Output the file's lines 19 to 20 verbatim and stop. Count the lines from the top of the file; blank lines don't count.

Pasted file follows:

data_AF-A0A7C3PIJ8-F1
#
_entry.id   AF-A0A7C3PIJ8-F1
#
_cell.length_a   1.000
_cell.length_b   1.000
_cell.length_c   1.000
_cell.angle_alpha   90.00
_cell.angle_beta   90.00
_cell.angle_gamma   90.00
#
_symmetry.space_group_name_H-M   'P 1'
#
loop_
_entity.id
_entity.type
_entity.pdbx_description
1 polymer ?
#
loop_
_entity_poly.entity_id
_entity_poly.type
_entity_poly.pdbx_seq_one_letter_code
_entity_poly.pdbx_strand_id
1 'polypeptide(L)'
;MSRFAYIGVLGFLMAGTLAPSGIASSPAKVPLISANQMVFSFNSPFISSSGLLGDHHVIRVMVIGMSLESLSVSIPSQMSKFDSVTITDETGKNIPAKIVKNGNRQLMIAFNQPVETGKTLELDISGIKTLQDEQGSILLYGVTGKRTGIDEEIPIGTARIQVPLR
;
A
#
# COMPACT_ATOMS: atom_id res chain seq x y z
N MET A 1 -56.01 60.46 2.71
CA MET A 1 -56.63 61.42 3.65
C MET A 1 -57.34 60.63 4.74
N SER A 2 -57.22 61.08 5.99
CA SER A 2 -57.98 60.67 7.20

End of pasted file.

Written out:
#
loop_